Coxswain for Hobart Rowing – Hobart and William Smith Colleges \
The HWS Update

Coxswain for Hobart Rowing

After a life-changing arm and neck injury, former Heron rower Hannah Bilton ’22 is now coxswain for the Statesmen. A triple major in international relations, biology and political science, Bilton reflects on her shift from the Herons to the Statesmen.

When did you start coxswaining? 
In the summer before my senior year, there came a point where I hit the wall with my injury. I was still grinding it out in the weight room and in my mind I was still a top athlete. But I was breaking myself to do it. I started going to physical therapy five days a week, and then I was off all activity. For two months I just sat and watched practice. That’s when I truly felt like the identity I had developed as a rower for the Herons for the past three years was no longer there.

Coach and I both realized it wasn’t working, and he suggested I become a coxswain. At first, it was hard to learn a completely new role in the middle of a racing season where everyone needed a good coxswain and where everyone expects you to be 10 times better than you are.

Tell me about your first practice with the Hobart team.
I stayed on campus last summer to work in the Office of Admissions. William Smith had wrapped up for the season but I was going to practice to watch the three coxswains for Hobart.  They were all seniors and they were incredible. We call them the Holy Trinity because they’re that good. I wanted to sit and watch and learn. And that day, one of the coxswains couldn’t make it to practice so I got called in.

We went out on the lake and it was the first time I felt like I had it. I mean, my steering was off, but it was the first time the entire spring semester that I felt happy at the boathouse. After the second day, my teammates were calling me a Statesman and saying, “Hannah, this is your family.” 

What’s it like to transition to a new position with Hobart?
As a coxswain, I have to make calls when we’re out there. So after practice, I ask, “What can I do better? What call do you want to hear?” I’ve gotten a lot of positive feedback.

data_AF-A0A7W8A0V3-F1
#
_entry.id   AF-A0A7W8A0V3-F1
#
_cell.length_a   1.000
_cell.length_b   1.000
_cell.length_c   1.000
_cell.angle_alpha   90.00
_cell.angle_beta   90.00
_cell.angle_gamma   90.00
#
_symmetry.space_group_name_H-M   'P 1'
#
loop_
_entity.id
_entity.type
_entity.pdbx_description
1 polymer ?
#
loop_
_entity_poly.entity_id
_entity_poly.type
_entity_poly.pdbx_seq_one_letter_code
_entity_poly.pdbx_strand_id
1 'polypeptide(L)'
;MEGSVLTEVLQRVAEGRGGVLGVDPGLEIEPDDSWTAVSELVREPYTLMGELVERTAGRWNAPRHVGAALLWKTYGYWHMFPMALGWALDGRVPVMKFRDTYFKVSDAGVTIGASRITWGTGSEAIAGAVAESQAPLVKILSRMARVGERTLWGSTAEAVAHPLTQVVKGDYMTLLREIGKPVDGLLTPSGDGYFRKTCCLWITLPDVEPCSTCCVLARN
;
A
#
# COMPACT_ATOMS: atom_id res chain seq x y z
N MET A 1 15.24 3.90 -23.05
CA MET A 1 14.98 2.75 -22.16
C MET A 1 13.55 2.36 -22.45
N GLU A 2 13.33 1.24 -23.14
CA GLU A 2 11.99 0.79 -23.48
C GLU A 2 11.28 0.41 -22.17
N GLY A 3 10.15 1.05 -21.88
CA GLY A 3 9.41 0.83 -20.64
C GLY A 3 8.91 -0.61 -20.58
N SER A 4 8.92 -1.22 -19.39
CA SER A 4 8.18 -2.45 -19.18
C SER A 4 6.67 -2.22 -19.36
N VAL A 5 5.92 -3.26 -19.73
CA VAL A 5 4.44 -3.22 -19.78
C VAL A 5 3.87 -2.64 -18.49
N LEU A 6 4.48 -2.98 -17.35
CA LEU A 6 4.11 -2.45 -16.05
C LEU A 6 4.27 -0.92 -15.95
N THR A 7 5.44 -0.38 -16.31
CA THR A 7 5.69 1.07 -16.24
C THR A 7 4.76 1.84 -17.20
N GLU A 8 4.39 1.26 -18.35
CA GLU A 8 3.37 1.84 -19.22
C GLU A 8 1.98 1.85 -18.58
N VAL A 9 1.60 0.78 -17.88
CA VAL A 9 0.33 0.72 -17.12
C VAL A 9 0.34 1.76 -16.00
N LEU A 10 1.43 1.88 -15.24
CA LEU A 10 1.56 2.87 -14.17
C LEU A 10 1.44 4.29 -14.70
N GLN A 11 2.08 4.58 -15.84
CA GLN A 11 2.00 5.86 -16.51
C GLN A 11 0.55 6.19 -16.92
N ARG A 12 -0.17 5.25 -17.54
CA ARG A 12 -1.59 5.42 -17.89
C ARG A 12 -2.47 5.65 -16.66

There was one incident where one of my teammates just did not want to listen to me. Once we docked the boat, I said, “There’s only one coxswain in this boat. You either choose to listen to me or you get out.” And that was the right call, because we moved on after that.

I’m a strong believer in the idea that you belong in any room you put yourself in. If you demand respect, you’re going to get respect. It helped that the whole team wanted me to be part of their family.

Bilton’s view from the coxswain’s seat during a November practice.

Can you reflect on the move from the Herons to the Statesmen?
People’s identities change as they evolve. It’s not necessarily outgrowing; it’s just changing shape. You take what you’ve learned from your past experiences and move forward. I didn’t fit with the Herons anymore, but I still use everything I learned from my life then to lead a life of consequence now.

My drive, my competitive spirit – I got from being a Heron. And that’s what has allowed me to thrive as a Statesman. I learned how to speak up for myself. Through my injury, I learned how to find my voice.

How do you balance being a triple major and a student athlete? And have time for all of the other stuff you do on campus?
I like to be the most efficient person I can be. After practice, I know I’m dead. So I build my schedule so that I’m finished with my coursework by the time I get to practice. During my first year, I met with our assistant coach all the time to make sure I was on track. From the beginning, I had a lot of support. I think the coaches really make an environment where we are student-athletes and life is more than just rowing.

As a rower, Bilton had several podium finishes for the Herons, including a bronze medal performance in the varsity four at the 2019 Liberty League Championships. She made her debut as a coxswain in the Statesmen novice 4+ at the Touchdown Regatta on the Cayuga Inlet last month.

In addition to being a triple major in international relations, biology and political science, Bilton is minoring in writing colleagues. She is a choreographer and dancer and recently performed in the Kinetic Dance Collective Fall Showcase. She works in the Office of Admissions and the Athletics Department.